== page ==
Giving To Charity Can Help Our Daughters With Weight


by Diane Gold

Giving to charity is the strategy to end all strategies.


Give MoneyIt’s OK to give to charity so that we feel good because the result is that someone gets.

It’s OK to give to charity because it makes us realize others need us, because the result is that if we give, someone gets.

It’s OK to give to charity because the Women’s Club (or for Kid’s Club) or religious house says it is our duty, because the result is that if we give, someone gets.

Dressed UpIt’s OK to give to charity because we want to show off and wear fancy clothes, get our picture in the Society section of our paper,  compete with our neighbors or counterparts in charity; because the result is that if we give, someone gets.

It’s best if we give to charity because it’s part of our spiritual job in life; again, because the result is that if we give, someone gets. But we become a giver, less for what’s in it for us and more about doing what’s right in the world.



When we are giving to charity, we are doing something positive for the world. We are not having poor communication with our daughters. We are creating good energy. We are being a great example for our daughters and our community. And we are promoting good behavior by our donation of our time or money.


Here’s the mega tie-in that can actually help us help our daughters with their weight issues.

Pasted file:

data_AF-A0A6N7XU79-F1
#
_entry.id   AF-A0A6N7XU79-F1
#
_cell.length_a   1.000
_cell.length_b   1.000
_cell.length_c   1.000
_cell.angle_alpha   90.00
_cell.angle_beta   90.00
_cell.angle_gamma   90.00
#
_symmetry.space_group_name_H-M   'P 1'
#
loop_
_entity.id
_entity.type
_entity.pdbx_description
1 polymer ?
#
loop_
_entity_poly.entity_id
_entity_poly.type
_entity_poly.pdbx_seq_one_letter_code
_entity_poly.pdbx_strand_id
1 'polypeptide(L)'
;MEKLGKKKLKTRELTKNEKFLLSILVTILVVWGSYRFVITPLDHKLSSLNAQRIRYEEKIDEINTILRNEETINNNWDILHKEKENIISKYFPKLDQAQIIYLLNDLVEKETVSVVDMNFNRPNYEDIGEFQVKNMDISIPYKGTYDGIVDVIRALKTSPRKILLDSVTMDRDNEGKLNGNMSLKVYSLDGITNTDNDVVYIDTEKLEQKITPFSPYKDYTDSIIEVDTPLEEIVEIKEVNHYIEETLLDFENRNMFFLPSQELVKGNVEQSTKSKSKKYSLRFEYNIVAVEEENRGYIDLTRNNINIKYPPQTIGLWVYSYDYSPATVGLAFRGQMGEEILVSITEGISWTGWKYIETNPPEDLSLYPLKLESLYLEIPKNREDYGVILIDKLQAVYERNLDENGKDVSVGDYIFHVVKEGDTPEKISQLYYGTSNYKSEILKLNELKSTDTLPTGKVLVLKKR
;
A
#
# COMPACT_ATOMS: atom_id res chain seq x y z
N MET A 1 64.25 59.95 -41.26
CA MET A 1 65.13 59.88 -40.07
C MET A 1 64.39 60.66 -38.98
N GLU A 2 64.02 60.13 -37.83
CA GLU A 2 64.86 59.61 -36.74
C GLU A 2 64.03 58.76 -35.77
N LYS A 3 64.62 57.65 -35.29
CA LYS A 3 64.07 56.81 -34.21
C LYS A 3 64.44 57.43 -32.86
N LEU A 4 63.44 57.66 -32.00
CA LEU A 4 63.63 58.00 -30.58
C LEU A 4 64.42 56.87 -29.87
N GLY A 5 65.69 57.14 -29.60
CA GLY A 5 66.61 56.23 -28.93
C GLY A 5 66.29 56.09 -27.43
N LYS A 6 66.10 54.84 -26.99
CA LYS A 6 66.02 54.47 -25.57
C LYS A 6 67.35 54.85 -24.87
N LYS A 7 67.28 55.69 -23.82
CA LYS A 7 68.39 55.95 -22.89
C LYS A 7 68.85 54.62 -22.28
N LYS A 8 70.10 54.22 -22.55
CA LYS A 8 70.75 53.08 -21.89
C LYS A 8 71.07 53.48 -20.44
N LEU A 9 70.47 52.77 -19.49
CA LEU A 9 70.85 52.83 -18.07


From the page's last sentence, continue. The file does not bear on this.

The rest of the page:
When we are at a charity event, we eliminate stress because we are happy, motivated and recognized for our time or money. We are more interested in helping others than in food.

Roll Red CarpetOur act of charity is separate from the dynamics of family life. Because we are working or socializing to help others, we don’t have enough time to worry about our home, our money, ourselves. We are too busy saying,

“You’re welcome,”

to the event leader for rolling out the red carpet to symbolize gratitude for donations or for walking down it as a donor of our hard-earned money, whichever we do to get involved.



Although choosing a charity to support is a very personal thing, if we want to use gifting as a way to bond with our daughters; we might pick a cause that has to do with animals or children or whatever we know our daughters like to pique the interest of our daughters. It should be an organization, ultimately, that we, as moms, care about because there is no guarantee our daughters will choose to become involved. In fact, our daughters may choose not to work for the same charity to show their ability to choose for themselves.
If the emotional climate is right, mom can ask her daughter what charity she would be interested in helping. This way, the daughter will feel important and respected.


Unless we have begun the work with our daughters, casually, without being too assertive, we can talk to our daughters about the work we are doing. The most enticing might be to show photos of the people we are helping, the people we are meeting because of the work and the events we are attending to do the work. Our daughters should know that we, their moms, are good citizens so that they can learn by example.



As mentioned in Choosing A Charity, above, it might work best for some moms to start the process with their daughters. For those who did not, there are several ways to invite: (1) mention a specific job our daughters can do, such as playing with puppies on display or reading to kids who are sick or (2) just  ask your daughter to accompany you.

We know the way our daughters respond and have to decide which of these invitation methods would be most successful.